Raccoons, identifiable by their masked faces and bushy-ringed tails, are notable species in the family Procyonidae. This article thoroughly examines the different types of raccoons, detailing the habitats, distinctive features, and behaviors of the three primary species and some subspecies. Read on to learn more.
Raccoons, consisting of three primary species, belong to the Procyon genus and are integral members of the Procyonidae family.
The most widespread is the common raccoon, Procyon lotor, often just referred to as "the raccoon," given its familiar characteristics. Its counterparts inhabit tropical regions and are lesser-known.
Following the raccoon's initial discovery by Christopher Columbus's crew members, taxonomists struggled with its classification.
The species was first mistakenly associated with dogs, cats, badgers, and, notably, bears. Modern taxonomy's founding figure, Carl Linnaeus, categorized the raccoon under the genus Ursus, initially as Ursus cauda elongata, then Ursus Lotor.
Eventually, in 1780, Gottlieb Conrad Christian Storr initiated a classification shift, placing the raccoon into its own genus: Procyon.
As of 2005, the common raccoon has 22 recognized subspecies. In this list, we detail the three different raccoon species and some of the unique subspecies1.
Related Read: Raccoon Facts.
Types of Raccoon Species and Subspecies
1. North American Raccoon (Procyon lotor)
The Common Raccoon or Northern Raccoon, often termed so to distinguish it from its other species, is a native mammal of North America. They also live in parts of southern Canada and northern South America.
Initially, these creatures favored deciduous and mixed forests as their go-to habitats. However, with their remarkable ability to adapt, raccoons have extended their homes to places as diverse as mountainous terrains and coastal marshes.
Suburban and urban areas have also seen an influx of these animals, largely driving humans to view them as pests. Escapes and intentional introductions during the mid-20th century have amplified raccoon populations across central Europe, the Caucasus, and Japan.
An adult raccoon varies considerably in size, but three features stand out — dexterous front paws, facial mask, and ringed bushy tail.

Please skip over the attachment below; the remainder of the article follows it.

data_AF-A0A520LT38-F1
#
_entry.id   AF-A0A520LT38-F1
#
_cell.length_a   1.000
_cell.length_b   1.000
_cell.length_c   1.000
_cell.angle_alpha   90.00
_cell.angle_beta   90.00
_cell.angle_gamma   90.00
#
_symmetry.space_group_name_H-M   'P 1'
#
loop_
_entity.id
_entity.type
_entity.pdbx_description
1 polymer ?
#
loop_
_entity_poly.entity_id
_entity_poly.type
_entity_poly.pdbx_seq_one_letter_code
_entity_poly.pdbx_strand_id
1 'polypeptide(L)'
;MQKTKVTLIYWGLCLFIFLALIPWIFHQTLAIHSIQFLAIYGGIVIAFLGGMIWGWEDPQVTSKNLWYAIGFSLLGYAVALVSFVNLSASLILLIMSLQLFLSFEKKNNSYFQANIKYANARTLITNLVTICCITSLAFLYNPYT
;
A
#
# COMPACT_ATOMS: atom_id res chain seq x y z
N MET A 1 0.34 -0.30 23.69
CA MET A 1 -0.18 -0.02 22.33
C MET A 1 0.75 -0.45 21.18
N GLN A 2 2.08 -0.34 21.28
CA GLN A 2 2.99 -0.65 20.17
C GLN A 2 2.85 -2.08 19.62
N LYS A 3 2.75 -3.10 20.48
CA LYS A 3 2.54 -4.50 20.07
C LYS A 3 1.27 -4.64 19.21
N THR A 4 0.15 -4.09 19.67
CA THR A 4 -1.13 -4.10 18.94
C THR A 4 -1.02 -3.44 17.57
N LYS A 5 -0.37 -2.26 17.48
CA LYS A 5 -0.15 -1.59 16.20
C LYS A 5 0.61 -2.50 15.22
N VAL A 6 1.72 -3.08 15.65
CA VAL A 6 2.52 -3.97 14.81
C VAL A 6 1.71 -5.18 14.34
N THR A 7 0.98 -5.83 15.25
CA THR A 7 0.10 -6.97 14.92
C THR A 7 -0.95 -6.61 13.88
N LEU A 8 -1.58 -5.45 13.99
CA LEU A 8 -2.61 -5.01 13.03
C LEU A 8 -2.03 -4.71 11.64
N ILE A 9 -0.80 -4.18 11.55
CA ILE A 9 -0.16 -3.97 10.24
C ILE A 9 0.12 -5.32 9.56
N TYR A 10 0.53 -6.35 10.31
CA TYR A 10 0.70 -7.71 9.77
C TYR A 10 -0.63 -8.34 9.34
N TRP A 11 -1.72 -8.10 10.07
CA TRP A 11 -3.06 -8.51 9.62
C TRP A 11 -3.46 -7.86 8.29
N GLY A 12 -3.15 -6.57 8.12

Its sense of touch is also refined to an exceptional level, courtesy of its hypersensitive front paws. These paws, protected by a thin horny layer that becomes soft when damp, let the raccoons identify objects even before direct touch.
Despite their nocturnal nature, raccoons often break the pattern to exploit available food resources during daylight. Their diet largely comprises easy catches like crayfish, insects, and bird eggs, dismissing the common belief that they actively prey on large mammals.
Raccoons have adapted to urban life by making human food waste a staple of their diet. Their problem-solving ability to bypass nearly most secure garbage bins has earned them the nickname 'trash panda.'
The increasing North American raccoon population in urban settings has elicited varying human reactions, from feeding them deliberately to complete hostility.
Here are some of the raccoon subspecies you should know about.
Eastern Raccoon (Procyon lotor lotor)
Meet the Eastern raccoon, easily recognizable by its soft, long fur, which typically leans towards a darker hue. This small subspecies enjoys a hefty geographical range, spotted in places as north as Nova Scotia and south as North Carolina.
Upper Mississippi Valley Raccoon (Procyon lotor hirtus)
The Upper Mississippi Valley raccoon is a notably large, dark-furred raccoon subspecies. It is sporting a coat saturated with ochraceous buff; its home ranges from the eastern slopes of the Rockies to Lake Michigan and southern Manitoba to Oklahoma and Arkansas.
Key Vaca Raccoon (Procyon lotor auspicatus)
The Key Vaca raccoon, remarkably small and light-furred, is a subspecies dwelling in Key Vaca island and adjoining islands. These are part of the central main chain, nestled off Florida's southern coast.
Torch Key Raccoon (Procyon lotor incautus)
The Torch Key raccoon, a petite subspecies, proudly displays the palest fur among other Florida raccoons. You'll locate this particular raccoon mainly in the Big Pine Key Group, nestled in the southwestern extremity of Florida's Key chain.
Florida Raccoon (Procyon lotor elucus)